The title of this preview pretty much sums up Gang Beasts in a nutshell. A multiplayer PC beat 'em up from new developer Boneloaf, the rather strangely-named Gang Beasts bears more than a passing resemblance to Nintendo's highly popular multiplayer beat 'em up. Its similarities include multiplayer fighting action, enclosed arenas in which the combatants go about their business, the onus being on knocking players out of the ring, rather than killing them, and the winner invariably being the last person standing."
However, from here on in, the games diverge. Super Smash Brothers is a high-end, character driven game, whereas Gang Beasts is more simplistic in its approach. Characters are pudgy and nearly featureless; almost like a non-textured Sack Boy from LittleBigPlanet. They move in a similar way too – and here's where Gang Beasts offers something that is perhaps the antithesis of the high-speed, highly kinetic game I've been comparing it to. In LittleBigPlanet, characters are renown for moving like they're carrying some weight. Running takes a few fractions of a second to get going, and stopping isn't instantaneous. There's a distinct feeling of inertia.
Gang Beasts is basically the same. As you move your character around, you have to allow for its heft, and weight transfer when it wants to move in another direction. That feeling of weight also extends to jumping, where there is a distinctly floaty feel to the proceedings. Under normal circumstances in a game requiring precision movement, this would not be desirable. But in Gang Beasts, it works surprisingly well.
Much of the reason for that, counter-intuitive though it might sound, is the vague controls and sometimes almost drunken-feeling movement actually enhances the game's fun, rather than lessens it. As the up to eight participants come together, it's almost like a bunch of giant Gummi Bears are rucking. You can grab someone and drag them around if you get a good enough grip. You can pick people up and throw them. As you do, the game's funky gravity makes things slightly unpredictable. Perhaps your throw will result in one of your enemies arcing gracefully into a meat grinder. Sometimes they'll bounce off the railings in a weird way, and that person might be able to grab something and pull themselves out.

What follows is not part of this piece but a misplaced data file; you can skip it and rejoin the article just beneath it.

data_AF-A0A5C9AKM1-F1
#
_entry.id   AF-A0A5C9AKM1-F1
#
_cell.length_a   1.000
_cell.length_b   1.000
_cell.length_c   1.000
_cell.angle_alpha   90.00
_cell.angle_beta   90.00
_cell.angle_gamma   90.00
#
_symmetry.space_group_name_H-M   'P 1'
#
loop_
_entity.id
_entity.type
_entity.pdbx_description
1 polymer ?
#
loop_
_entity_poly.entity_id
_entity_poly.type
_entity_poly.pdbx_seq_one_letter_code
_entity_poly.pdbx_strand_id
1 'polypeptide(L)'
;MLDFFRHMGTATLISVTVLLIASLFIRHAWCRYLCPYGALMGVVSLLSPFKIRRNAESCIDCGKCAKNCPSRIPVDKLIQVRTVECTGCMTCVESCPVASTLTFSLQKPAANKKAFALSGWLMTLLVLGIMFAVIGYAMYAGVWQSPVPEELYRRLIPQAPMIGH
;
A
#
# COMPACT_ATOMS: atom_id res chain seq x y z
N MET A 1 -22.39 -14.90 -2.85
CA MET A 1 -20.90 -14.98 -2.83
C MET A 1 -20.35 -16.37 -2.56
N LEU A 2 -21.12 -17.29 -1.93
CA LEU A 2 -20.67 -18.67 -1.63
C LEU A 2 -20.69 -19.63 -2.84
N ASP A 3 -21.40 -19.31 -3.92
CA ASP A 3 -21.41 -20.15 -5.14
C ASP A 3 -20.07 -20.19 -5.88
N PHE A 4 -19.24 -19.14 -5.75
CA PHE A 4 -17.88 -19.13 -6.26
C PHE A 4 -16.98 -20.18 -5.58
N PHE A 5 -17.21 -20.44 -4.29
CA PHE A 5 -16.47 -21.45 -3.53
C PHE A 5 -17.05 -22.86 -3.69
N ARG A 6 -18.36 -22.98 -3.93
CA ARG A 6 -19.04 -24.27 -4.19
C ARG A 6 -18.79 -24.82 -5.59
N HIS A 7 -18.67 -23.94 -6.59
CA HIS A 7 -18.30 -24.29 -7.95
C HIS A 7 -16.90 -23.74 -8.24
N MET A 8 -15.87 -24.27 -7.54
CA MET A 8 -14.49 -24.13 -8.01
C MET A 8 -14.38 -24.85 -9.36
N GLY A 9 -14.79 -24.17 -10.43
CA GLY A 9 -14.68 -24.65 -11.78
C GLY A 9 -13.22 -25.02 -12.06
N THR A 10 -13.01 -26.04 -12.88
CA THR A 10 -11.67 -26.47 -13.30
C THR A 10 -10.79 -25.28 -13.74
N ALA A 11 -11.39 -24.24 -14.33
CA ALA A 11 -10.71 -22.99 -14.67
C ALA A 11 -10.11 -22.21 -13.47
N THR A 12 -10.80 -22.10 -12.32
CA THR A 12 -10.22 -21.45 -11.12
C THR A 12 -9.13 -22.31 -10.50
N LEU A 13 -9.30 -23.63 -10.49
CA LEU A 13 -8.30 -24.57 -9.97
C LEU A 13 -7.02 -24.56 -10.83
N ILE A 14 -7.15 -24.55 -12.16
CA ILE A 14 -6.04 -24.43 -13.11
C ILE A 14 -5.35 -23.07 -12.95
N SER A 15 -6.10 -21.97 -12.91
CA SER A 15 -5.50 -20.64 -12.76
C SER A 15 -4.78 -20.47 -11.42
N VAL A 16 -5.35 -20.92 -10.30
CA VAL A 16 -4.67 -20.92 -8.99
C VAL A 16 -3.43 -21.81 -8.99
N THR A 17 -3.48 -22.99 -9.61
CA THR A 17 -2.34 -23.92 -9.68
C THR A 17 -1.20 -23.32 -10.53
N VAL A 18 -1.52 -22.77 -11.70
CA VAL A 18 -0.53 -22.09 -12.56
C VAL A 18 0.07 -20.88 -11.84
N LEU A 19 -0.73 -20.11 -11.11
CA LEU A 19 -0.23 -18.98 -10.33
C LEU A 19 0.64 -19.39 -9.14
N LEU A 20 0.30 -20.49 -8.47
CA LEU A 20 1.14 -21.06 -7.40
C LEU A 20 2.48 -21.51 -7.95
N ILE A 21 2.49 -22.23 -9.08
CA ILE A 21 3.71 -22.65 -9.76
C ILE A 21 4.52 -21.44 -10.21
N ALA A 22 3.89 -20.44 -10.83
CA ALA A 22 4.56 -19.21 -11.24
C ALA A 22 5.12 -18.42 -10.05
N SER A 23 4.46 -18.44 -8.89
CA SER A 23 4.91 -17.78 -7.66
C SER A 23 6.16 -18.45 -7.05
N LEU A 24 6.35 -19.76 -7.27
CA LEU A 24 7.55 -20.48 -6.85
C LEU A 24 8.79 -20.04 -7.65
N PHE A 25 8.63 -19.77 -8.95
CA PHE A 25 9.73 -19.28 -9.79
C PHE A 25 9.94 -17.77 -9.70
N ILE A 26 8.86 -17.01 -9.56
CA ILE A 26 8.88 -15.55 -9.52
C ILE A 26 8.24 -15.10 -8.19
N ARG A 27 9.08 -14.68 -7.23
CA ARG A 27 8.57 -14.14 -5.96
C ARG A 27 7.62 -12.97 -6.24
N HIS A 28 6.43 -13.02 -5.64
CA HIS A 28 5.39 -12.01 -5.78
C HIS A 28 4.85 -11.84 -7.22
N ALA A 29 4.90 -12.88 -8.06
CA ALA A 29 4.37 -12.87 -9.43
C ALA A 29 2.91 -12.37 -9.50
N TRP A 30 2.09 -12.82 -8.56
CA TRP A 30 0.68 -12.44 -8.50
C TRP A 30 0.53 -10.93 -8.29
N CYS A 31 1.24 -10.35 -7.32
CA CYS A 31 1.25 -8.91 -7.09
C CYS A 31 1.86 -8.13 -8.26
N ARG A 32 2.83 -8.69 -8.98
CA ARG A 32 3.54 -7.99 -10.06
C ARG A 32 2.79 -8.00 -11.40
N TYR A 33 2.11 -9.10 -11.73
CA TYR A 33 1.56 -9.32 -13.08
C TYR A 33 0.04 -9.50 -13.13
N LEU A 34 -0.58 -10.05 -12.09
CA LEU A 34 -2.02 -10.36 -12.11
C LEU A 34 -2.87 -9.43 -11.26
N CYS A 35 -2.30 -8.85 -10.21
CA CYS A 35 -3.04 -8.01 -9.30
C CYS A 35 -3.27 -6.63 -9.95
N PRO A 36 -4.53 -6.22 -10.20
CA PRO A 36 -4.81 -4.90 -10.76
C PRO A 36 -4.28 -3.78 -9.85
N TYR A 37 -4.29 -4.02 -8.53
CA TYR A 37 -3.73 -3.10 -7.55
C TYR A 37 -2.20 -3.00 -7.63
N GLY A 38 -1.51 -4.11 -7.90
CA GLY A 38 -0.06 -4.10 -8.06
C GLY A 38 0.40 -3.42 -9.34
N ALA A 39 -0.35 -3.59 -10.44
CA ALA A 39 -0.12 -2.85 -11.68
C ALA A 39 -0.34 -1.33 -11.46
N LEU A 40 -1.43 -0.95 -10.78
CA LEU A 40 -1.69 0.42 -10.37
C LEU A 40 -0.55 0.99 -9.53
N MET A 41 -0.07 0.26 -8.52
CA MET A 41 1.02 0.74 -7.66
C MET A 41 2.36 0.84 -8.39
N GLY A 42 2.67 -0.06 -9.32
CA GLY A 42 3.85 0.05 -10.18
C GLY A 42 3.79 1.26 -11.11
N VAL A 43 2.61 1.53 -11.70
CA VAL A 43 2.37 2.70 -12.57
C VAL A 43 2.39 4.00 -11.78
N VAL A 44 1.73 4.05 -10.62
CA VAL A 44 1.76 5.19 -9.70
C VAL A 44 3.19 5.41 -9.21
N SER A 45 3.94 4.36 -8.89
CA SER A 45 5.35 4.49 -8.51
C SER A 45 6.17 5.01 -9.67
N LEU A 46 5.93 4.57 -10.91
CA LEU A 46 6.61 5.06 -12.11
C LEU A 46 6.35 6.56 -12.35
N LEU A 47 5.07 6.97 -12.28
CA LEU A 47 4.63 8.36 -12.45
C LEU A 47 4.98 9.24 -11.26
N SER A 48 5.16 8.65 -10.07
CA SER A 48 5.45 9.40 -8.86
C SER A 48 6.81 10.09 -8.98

And therein lies the hilarity.
I mentioned meat grinders, and yes, that is the general gist of this game, and the reason why the headline of this article says what it does. Gang Beasts' arenas have been designed by someone with a nicely twisted sense of humor. There are levels where you can roast your opponent in flames, and another where everyone fights atop a group of moving trucks. My particular favorite was the level where everyone fights on a suspended platform (the thing used to wash skyscraper windows). As the participants move around, the cradles rock and swing, and you can even mess with the cables and perhaps send someone tumbling to their doom.
Everything's very freeform and open, or in rather more descriptive language, it's a total fustercluck. The action is basically a bunch of wobbly humanoids punching and dragging each other around. Sometimes ganging up on each other, or sometimes fighting as pairs. It's a complete mess, but a really glorious mess. What this game does is make you laugh. It's stupid, but stupid in the best sense of the word. It's slow, meaning anyone can pick it up and keep track of the action. The controls are simple, and the slightly fudgy responsiveness is actually a pretty good field-leveler. Because there's a slight lack of precision, it gives everyone a fighting chance.
If you're a serious fighting game fanatic, that might not sound like the material for tournament-quality gameplay, and you'd be right. But Gang Beasts is not about that. That's not to say it isn't competitive – it most certainly is. It's just that first and foremost it wants to be a platform for fun: a sloppy mess of a fighting game where players can do sick and twisted things to each other in slightly ponderous and drunken-feeling ways.
Gang Beasts certainly delivers that. When playing it with others – even strangers – it never took more than a few seconds before the players were talking and laughing. To me, that makes it the perfect party game – and a damn good video gaming pick-me-up in general.